The result? Mr. Elliot became a sort of Mr. Spock, a man of pure logic. Being free of emotion didn’t empower Mr. Elliot to make more rational choices. He became imprisoned in a sort of analysis-paralysis, unable to make even the simplest of decisions— frozen in an endless calculation of the infinite series of benefits and risks, pluses and minuses, that are inherent in even the simplest decision. Should I eat eggs and toast for breakfast? Should I book this flight? But what about all that cholesterol? And what if there is a better deal on tickets tomorrow?
We call it a “gut-impulse” for a reason: impulse, from the Latin impellere— to impel or drive. Just think of the last time you observed a friend agonizing over a decision. Did you say to them, “Well, what do you feel like doing?”
So yes, your clients are making choices based on their feelings, because feelings are a necessary impetus to decision making.
Emotions and the feelings are not a luxury, they are a means of communicating our states of mind to others. But they are also a way of guiding our own judgments and decisions. Emotions bring the body into the loop of reason.
—Antonio Damasio, Descartes’ Error: Emotion, Reason and the Human Brain
Marketing the Law Firm with Feeling: A Professional Approach
I find it strange that the businesses that are driven by people, professional services, have a tendency to adopt the most stock form of branding. Too often, lawyer photos look like they’ve been cut from the same catalog as the accountants down the road. This makes it hard for the public to distinguish one firm from another.
Law firms want clients to feel like they are in steady hands. For this reason, many law firms take a traditional approach to their branding and marketing efforts. But a “safe” brand doesn’t make clients feel secure. It doesn’t make clients feel anything.
When dealing with people, remember you are not dealing with creatures of logic, but creatures of emotion.
It’s probably about time that I clear up exactly what I mean when I say that law firms should brand for emotion. I’m certainly not encouraging firms to go about cracking puns or posting melodramatic videos to promote their estates practice group. I am encouraging law firms and lawyers to identify opportunities for genuine connection and to think carefully about putting in place practices for fostering these opportunities.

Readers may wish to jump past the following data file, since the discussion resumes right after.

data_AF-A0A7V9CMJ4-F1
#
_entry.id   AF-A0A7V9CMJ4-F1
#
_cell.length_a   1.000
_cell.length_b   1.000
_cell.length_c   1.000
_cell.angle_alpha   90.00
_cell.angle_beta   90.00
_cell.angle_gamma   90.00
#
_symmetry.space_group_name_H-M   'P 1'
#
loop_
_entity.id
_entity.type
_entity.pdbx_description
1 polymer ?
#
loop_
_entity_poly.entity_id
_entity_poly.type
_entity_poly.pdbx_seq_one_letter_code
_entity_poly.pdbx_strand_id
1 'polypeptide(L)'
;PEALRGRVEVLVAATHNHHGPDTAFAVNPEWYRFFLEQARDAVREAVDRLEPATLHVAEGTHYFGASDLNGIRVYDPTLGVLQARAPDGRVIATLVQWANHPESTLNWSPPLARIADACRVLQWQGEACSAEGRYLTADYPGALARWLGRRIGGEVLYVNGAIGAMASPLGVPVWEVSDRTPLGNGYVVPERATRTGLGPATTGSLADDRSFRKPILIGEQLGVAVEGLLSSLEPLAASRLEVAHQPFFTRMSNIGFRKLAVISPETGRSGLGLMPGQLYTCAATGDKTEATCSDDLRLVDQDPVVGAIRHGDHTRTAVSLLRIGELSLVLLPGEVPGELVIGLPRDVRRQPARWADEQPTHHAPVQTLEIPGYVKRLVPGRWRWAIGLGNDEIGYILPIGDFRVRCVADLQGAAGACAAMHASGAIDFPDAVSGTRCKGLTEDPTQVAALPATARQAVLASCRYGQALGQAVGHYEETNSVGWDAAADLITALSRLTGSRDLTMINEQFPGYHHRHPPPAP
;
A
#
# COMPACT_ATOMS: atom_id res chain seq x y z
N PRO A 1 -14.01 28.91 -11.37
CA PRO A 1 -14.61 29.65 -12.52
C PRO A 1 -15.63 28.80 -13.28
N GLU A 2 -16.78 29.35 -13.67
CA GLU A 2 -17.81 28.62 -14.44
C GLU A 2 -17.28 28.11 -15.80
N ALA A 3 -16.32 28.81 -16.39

A common branding question is: what do your clients think about your law firm? Let’s change this around slightly: how do clients feel about your law firm? How do they feel when they seek out your services? What state of emotion are they in when they first contact your firm?
As an example, it might be that your clients are facing a problem and feeling a bit unsettled. They may be motivated by a desire to feel secure. Does your firm make them feel this way? Not just through your legal expertise, but from the moment they enter your lobby? What practices could you establish to build a sense of security?
Or it could be that your clients are tech entrepreneurs. They might be inspired by a desire to make a mark, to stand out from the crowd. They may be forward-thinking, eager to make their vision of the future a reality. What steps is your firm taking to cultivating that mood? Would a client of this sort feel excited upon stepping into your lobby today? What about when they visit your firm’s website or blog?
Marketers need to be careful about how we incite emotion, (and that we are inciting the desired emotion). With that caveat, I would still encourage law firms to explore the potential of emotive branding. Because the secret is that every decision is driven by emotion, whether it is choosing a new pair of shoes, a career, or a legal representative. The law firms that best connect with clients at this core level, and that take steps to cultivate the desired atmosphere, will be the ones that succeed in retaining current clients and engaging new markets.
Do you have questions about how best to brand your firm? With a team of both marketing strategists and creative designers, we’re ready to help your firm connect with new clients.